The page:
Calcium and Women’s Health

calciumCalcium and women’s health have long been linked, and now a recently published study in the journal Osteoporosis International has found that there is no connection between calcium supplementation and increased risk of cardiovascular disease.

For the study, researchers examined 74,245 women who were part of the Nurses’ Health Study. Calcium supplement usage and incident cardiovascular disease among all these participants was recorded.

Researchers noted that, not only did the women who consumed calcium supplements have no increased risk of CVD, but they had lower levels of trans fat, smoked less, and were more physically active than women who didn’t take any such supplements.

“Calcium is an essential nutrient most widely used for its bone health benefits, and government data show most Americans don’t get enough,” said Duffy MacKay, N.D., Senior Vice President for Scientific and Regulatory Affairs, Council for Responsible Nutrition. “We encourage continued studies on calcium’s safety and benefits, but this study should help women feel confident that calcium supplements are an appropriate choice if they are not getting enough from food alone.”  Continue reading “Calcium and Women’s Health”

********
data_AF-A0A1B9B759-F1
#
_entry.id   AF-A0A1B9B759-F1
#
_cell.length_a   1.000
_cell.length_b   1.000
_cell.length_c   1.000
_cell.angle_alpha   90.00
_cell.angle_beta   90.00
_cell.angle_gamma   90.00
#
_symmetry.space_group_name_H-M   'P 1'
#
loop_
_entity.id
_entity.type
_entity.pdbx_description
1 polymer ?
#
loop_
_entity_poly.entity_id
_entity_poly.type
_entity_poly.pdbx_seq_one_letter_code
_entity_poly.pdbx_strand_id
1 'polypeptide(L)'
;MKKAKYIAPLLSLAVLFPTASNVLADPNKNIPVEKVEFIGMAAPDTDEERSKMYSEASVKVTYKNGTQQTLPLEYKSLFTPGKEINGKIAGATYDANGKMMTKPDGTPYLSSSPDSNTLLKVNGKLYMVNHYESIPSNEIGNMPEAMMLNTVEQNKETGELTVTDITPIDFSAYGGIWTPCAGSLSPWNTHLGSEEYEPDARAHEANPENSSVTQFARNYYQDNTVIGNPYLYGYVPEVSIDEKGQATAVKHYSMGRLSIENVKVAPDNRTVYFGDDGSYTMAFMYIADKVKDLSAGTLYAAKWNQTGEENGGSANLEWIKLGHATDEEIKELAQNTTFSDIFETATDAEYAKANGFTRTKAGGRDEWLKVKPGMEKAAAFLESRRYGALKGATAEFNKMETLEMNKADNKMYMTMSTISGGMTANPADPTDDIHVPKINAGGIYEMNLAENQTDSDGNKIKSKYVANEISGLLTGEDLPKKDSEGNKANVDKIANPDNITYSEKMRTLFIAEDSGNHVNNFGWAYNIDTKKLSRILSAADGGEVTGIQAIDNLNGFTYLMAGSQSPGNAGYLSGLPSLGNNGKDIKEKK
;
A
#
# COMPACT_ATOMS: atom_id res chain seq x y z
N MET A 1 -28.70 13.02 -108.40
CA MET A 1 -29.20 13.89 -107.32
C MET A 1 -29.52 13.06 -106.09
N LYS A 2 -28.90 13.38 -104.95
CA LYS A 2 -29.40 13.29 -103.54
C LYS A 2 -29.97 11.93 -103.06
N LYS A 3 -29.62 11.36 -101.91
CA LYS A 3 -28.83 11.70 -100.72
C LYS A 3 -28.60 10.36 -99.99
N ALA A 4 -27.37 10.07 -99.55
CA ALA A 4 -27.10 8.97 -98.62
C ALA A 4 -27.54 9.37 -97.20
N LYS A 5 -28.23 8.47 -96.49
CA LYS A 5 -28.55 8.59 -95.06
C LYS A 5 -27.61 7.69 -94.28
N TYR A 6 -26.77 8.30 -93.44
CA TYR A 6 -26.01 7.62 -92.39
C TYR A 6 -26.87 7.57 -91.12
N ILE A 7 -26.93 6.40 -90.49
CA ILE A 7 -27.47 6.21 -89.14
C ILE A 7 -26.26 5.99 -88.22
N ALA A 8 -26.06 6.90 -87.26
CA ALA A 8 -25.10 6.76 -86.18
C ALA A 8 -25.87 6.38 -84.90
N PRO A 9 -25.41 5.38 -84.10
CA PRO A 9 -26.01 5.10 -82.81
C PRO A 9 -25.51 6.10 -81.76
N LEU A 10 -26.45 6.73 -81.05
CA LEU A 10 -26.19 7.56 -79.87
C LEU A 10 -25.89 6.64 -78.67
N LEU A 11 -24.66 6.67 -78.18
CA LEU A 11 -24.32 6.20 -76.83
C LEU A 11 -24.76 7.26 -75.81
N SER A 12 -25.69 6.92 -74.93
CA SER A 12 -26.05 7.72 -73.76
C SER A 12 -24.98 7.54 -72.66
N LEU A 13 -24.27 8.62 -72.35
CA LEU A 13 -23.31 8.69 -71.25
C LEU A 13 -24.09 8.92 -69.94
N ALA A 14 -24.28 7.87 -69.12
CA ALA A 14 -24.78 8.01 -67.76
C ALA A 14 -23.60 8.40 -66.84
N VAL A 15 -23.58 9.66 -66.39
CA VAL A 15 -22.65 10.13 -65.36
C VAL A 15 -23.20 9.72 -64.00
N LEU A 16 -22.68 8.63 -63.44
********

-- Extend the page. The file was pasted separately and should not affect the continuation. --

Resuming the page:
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Nutrient Depletion: Corticosteroids

Corticosteroids are usually prescribed for conditions that cause swelling and inflammation. Applied as a topical, taken as a tablet, used as a nasal spray or eye drops, or even as an inhaler, there are many ways to take corticosteroids.

Some conditions that corticosteroids are prescribed for include arthritis, lupus, kidney disease, asthma, and even eczema.

Long-term use of steroids can have many side effects including changes in mood, increased blood pressure, stomach ulcers, diabetes, osteoporosis, increased appetite and weight gain. So talk to your doctor about what can be done to minimize these side effects, if they do occur.

One thing that you can do is take calcium and vitamin D, since steroids reduce calcium absorption and increase urinary excretion and may interfere with calcium and vitamin D metabolism. Considering that osteoporosis is one potential side effect of these drugs, consider supplementing with at least 1,000 mg of calcium per day and 1,000 IU of vitamin D3 to maintain proper bone health.

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Dinner Tonight: Rapini and Pasta